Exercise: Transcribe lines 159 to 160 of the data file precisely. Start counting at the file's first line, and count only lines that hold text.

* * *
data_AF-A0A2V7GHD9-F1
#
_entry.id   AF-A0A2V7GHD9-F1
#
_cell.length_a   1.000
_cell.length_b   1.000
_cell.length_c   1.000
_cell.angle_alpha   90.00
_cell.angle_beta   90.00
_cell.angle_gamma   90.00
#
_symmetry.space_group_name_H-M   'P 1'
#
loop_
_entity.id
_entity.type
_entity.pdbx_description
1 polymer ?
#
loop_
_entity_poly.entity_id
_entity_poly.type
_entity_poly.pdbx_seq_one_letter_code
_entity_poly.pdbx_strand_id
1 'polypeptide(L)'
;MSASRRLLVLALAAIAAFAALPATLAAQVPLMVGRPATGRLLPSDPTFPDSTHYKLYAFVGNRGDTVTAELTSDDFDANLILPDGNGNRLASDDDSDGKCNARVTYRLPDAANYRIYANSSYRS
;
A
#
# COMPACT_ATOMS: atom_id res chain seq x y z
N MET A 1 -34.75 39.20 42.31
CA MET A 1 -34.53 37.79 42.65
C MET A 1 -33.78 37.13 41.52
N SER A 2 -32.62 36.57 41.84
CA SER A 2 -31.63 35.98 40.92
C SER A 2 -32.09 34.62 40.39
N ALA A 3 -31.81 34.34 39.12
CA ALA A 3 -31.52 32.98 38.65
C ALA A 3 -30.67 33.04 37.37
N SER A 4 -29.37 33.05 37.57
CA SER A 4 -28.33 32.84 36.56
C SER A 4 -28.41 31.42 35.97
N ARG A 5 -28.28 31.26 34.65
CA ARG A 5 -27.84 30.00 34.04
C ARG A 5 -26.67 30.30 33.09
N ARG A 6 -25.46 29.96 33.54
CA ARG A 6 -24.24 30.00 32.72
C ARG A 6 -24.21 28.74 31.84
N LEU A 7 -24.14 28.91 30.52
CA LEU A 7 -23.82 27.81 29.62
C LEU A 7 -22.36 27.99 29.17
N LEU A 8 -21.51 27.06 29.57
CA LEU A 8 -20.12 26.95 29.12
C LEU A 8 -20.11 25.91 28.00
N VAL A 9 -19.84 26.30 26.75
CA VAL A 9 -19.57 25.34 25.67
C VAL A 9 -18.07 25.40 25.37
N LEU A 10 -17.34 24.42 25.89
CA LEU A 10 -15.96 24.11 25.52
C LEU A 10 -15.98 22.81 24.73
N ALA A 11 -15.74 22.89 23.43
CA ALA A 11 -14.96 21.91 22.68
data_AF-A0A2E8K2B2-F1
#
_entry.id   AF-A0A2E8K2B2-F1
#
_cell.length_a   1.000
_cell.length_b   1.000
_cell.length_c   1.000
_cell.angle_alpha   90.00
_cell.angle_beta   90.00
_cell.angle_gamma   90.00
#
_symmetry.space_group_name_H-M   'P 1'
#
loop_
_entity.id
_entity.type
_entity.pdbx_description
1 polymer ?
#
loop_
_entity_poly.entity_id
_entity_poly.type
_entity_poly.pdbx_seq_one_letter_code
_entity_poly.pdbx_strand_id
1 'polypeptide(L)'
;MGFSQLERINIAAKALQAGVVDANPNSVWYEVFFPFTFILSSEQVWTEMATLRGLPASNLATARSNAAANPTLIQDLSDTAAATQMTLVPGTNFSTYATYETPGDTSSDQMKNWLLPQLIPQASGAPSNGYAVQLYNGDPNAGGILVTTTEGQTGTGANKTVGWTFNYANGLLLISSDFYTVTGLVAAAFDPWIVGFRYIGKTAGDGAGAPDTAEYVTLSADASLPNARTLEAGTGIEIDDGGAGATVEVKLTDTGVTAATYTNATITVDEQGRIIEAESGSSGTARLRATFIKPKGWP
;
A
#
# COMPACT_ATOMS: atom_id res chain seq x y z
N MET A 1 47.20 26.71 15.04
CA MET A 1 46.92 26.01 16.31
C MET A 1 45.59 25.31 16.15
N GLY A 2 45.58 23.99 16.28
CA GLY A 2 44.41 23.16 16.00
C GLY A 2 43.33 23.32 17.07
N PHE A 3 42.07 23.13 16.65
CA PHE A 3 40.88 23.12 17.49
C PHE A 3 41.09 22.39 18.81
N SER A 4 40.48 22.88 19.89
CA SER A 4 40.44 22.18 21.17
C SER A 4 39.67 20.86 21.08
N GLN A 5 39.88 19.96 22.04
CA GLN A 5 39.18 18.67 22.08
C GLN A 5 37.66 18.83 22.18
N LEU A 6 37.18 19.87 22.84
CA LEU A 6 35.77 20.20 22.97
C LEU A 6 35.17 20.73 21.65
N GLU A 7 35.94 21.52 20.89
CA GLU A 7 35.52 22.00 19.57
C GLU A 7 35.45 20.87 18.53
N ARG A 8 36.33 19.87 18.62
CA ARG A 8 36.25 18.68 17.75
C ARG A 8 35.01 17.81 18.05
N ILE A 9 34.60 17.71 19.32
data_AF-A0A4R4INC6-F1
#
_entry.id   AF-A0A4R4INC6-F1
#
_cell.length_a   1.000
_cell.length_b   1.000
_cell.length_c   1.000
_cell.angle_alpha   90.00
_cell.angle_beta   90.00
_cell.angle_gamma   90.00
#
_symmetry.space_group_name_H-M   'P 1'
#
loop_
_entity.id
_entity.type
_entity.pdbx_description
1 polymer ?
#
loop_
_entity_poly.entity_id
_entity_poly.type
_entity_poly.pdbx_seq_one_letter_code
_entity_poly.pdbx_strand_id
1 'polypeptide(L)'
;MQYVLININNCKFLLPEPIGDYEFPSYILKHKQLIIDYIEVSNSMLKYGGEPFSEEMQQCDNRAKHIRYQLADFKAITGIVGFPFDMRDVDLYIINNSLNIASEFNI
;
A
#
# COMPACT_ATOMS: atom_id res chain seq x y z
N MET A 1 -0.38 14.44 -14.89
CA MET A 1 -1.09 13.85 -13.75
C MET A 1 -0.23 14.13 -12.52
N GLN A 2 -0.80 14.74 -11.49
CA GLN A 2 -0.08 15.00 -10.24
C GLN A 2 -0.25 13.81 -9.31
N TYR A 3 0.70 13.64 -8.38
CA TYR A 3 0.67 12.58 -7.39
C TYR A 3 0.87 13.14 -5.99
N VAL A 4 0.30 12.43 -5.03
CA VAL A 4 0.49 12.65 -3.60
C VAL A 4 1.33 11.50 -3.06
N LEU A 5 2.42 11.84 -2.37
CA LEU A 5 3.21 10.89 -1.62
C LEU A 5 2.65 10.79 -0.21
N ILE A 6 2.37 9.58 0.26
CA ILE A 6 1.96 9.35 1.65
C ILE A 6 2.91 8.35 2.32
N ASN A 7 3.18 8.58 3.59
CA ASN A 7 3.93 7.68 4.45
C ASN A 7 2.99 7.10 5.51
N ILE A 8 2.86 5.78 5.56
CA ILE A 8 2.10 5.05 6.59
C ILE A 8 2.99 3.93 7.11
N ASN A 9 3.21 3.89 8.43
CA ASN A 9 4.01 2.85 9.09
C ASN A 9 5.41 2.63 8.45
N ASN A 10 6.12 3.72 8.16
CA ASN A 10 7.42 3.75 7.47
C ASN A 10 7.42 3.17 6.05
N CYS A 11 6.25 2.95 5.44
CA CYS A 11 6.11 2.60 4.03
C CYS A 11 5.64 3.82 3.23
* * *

C VAL A 4 1.33 11.50 -3.06
N LEU A 5 2.42 11.84 -2.37